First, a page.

chat interfaces around traditional problems, and in more advanced fashion with incremental analytics deployed via both types of AI.

What tools do I need for RAG?

RAG is the new primary reason for deploying a vector database, a store of searchable knowledge in vector form. Vectors have been around for years, both mathematical vectors (measures of distance) and vectors-as-arrays-of-numbers (think of a daily time-series
of a stock). By search, think of those brute force search methods that you’ve used for years, when you search in Google for example. Search algorithms got popularized by the
Apache Lucene library, commonly implemented in tools like Elasticsearch and Solr, and they’re finding

a new lease of life in conjunction with the vector databases or vector stores.

I use the term vector stores because for some instances, it doesn’t need to be a vector database. Vectors can be stored in any applicable high-level mathematical programming language that handles memory and can deploy search relatively well (better, some
would say). That includes Python/NumPy/Pandas, Julia, MATLAB, q or R for example. I was on a call last week where someone alluded to their homebrew Pandas vector store, not an industrial scale application but something to kick start a project before migrating
to a vector database.

I’ve been waiting to hear the Python thing for some time, and to be sure GenAI is Pythonic (see the LangChain link above, for example). The numerical programming vendors and supporters have been politely quiet while every data vendor has screamed from the
rooftops “we’re a vector database”. Rockset at their Index Conference last week announced they were now a vector database and alongside Rockset, the bevvy of multimodal databases – Datastax (Cassandra), KDB.AI, the graph databases, Redis Labs – is now beginning
to outnumber the specialist new vector database kids – Qdrant, Pinecone, Weaviate. For me, how MathWorks, JuliaHub and Anaconda approach this market could define the next generation of this industry. Much easier to get started at least with a commodity multi-purpose
vector-friendly math tool every data scientist knows, then migrate to a fully fledged vector database powerhouse.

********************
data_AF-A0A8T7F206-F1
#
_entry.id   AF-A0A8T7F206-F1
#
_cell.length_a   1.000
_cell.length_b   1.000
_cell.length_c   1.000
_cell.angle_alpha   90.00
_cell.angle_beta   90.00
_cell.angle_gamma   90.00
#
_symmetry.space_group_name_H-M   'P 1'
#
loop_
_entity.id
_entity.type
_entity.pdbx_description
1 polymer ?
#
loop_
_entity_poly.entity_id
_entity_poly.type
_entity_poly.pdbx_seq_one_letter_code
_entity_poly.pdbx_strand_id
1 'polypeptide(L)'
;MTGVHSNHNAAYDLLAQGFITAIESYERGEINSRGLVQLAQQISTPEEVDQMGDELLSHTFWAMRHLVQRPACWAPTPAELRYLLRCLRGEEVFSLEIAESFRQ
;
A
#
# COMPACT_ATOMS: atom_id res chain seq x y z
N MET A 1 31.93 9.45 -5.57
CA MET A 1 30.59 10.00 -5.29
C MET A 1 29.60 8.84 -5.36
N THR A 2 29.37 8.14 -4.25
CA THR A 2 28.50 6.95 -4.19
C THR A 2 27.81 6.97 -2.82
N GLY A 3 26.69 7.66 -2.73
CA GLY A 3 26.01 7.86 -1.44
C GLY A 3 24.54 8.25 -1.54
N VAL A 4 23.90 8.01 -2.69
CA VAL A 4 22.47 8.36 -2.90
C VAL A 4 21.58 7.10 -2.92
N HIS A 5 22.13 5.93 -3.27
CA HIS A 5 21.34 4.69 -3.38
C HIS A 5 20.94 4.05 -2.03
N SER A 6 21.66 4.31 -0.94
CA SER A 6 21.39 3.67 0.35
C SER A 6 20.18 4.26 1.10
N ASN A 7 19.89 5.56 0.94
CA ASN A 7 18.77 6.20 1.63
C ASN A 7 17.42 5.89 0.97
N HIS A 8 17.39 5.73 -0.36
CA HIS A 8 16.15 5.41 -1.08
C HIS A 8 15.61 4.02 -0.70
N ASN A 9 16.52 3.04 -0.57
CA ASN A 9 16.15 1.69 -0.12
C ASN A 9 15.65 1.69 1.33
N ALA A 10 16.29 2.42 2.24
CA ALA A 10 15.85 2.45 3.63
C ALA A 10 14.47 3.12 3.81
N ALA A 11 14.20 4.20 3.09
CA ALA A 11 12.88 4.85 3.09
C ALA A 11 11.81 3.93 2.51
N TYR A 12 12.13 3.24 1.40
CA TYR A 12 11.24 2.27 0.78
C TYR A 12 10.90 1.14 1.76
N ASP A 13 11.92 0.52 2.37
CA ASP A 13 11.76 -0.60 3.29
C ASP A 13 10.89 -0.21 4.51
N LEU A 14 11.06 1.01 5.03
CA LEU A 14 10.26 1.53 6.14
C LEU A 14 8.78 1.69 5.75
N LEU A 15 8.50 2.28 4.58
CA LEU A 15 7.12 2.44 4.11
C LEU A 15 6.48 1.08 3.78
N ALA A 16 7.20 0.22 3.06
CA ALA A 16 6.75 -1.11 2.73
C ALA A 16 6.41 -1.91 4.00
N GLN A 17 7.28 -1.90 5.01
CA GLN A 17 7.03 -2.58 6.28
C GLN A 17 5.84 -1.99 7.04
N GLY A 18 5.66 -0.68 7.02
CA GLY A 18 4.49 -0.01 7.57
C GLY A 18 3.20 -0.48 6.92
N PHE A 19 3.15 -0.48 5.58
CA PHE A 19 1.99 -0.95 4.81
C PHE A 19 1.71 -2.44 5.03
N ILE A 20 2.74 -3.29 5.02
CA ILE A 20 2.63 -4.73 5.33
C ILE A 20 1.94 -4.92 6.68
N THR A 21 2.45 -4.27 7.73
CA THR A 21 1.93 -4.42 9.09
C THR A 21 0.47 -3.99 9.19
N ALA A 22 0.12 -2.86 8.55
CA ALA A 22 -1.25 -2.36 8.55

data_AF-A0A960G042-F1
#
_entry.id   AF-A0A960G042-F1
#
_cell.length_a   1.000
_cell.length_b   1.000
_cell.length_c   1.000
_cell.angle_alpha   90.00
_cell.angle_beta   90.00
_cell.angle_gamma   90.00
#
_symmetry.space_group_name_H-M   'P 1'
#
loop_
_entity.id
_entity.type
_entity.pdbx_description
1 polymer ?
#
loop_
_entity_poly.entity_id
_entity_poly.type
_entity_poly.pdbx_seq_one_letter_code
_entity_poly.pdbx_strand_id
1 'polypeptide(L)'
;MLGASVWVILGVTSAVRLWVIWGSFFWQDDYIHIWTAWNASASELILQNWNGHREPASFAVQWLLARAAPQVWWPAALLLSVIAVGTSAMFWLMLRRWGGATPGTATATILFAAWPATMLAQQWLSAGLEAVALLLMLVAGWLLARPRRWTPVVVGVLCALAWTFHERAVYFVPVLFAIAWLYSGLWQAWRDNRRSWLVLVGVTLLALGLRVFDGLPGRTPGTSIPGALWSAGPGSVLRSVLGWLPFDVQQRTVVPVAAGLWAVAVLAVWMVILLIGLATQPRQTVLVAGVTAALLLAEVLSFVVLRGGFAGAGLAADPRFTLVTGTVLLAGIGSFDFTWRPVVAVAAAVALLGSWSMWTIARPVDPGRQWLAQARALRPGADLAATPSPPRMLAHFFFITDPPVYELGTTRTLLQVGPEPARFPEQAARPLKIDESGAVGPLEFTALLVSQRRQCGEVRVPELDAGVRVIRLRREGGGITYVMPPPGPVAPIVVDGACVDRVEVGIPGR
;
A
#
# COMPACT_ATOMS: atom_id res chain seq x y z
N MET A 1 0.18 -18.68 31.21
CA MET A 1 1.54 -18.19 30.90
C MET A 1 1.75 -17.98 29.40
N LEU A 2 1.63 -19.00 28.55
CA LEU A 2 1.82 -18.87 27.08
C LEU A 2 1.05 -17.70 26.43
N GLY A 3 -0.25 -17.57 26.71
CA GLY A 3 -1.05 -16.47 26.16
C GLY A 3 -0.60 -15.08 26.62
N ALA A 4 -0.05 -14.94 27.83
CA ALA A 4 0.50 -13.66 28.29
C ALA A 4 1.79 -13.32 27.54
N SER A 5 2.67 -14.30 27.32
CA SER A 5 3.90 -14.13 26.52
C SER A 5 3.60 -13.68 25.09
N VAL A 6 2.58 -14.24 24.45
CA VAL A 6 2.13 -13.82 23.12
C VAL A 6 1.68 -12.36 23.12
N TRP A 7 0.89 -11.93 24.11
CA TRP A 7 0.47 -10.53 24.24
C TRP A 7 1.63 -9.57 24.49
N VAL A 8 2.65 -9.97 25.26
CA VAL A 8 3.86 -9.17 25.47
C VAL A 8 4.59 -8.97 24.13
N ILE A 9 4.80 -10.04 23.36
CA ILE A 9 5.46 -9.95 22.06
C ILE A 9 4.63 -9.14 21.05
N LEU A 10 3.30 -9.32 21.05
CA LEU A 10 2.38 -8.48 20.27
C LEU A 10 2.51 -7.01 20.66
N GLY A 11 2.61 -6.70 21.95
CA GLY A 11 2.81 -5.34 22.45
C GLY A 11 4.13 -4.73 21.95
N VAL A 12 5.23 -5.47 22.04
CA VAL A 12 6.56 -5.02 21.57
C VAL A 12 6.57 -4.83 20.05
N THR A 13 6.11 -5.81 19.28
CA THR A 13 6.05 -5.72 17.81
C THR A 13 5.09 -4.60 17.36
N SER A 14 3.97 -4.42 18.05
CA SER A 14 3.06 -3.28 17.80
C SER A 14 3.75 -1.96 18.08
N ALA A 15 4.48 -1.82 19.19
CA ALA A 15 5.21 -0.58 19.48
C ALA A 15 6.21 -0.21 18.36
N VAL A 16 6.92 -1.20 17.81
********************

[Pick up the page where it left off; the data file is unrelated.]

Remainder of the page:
Does RAG deserve the hype?

Most people I speak too, even those commonly skeptical of jargon, get RAG. It’s a simple, standard way of getting enterprise and up-to-the-minute control of foundation model prompts. I suspect it’s not going away soon.

However, I’ve started to see instances where Silicon Valley firms used the phrase “reduce to RAG”, or “reduce machine learning problems to a search problem.” It’s almost too tempting to throw anything and everything into a RAG/foundation model GenAI search
process, but there are instances where traditional AI does better. The blogosphere is not talking about this, but I saw leaders at 3 high tech Silicon Valley leaders discuss this last week. Where Silicon valley discusses on the circuit, banking leaders discuss
privately, away from prying eyes and ears like mine. It’s one reason why discriminative AI, which I alluded to earlier, matters. Infrastructures that apply both will serve more use cases than those which deploy brute force RAG. Traditional machine learning
is not done for, yet, far from it.

I also heard a case made that the very largest firms will maintain their own LLMs and foundation models in order to get around the enterprise, time and privacy problem. so modeling and training is also not yet done for. This is why Databricks bought Mosaic,
it transpires. The AWS work with Bedrock and open source foundation models is also interesting. Data scientists will, it seems, get to keep some of the work that kept them busy before BigCorp trained the biggest models for us. In other words, some parts of
RAG effort may get superceded by model development at the biggest firms, but I suspect this will be a partial pushback only.

Finally, RAG too has known limits. Common challenges include:

  • having performant similarity search, 
  • the ability to add/delete documents
  • ensuring the veracity and timelinesss – or newness – of data 
  • incorporating key data types in an optimal way, time-series, (relational) directed graph information for example (those of us in vectorized time-series and graph ecosystems are positive; it’s an opportunity)

But new challenges are also getting raised, predominantly around performance and compute. For example:

  • chunking documents before inputting to vector databases (where documents are needed)
  • returning suitably “diverse” chunks (alleviating the stochastic parrot problem)
  • running sequential queries, chaining
  • embedding functions may change; how do you manage changes without re-embedding all inputs.
  • The
    environmental (and geopolitcal) impacts about, well, everything to do with staggeringly massive compute requirements.

In Conclusion

RAG, like much of the GenAI technobabble, is jargon. However, it sensibly and clearly shows how you can add a level of control, aka
retrieve useful information, to augment and
LLM/Foundation model prompts and output. Ecosystems and tooling are developing and evolving rapidly around the nomenclature.

However, it’s still early days. What will be the buzz term in three months time?

I suspect we’re going to see a stream of environmental consciousness come across the industry as the impacts of large model compute and consumption, and possibly an international conflict or two, get realized.